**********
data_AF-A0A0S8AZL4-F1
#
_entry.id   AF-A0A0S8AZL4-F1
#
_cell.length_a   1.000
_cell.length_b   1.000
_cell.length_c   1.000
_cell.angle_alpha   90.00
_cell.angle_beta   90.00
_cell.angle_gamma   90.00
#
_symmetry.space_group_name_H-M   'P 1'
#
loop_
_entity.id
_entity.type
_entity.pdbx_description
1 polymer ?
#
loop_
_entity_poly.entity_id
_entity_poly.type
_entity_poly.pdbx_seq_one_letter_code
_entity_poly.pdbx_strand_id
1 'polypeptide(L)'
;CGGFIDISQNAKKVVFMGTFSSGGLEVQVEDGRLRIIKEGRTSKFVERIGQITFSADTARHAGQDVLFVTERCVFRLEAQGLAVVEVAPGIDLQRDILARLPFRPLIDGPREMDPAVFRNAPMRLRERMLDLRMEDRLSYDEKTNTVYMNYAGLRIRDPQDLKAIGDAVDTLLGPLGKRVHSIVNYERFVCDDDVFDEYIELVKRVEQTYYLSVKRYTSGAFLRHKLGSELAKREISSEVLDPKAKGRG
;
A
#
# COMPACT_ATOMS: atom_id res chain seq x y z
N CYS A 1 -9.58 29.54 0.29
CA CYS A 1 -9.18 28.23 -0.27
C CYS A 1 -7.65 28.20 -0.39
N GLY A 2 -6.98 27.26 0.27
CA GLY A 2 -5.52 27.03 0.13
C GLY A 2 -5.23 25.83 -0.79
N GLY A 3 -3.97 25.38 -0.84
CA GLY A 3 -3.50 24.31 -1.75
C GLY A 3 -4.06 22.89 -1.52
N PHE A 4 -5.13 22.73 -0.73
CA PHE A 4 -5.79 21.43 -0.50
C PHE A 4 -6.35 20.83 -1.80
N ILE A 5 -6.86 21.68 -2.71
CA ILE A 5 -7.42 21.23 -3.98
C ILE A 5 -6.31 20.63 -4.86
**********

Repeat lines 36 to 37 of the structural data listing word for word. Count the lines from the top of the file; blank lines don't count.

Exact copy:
C GLY A 2 -5.23 25.83 -0.79
N GLY A 3 -3.97 25.38 -0.84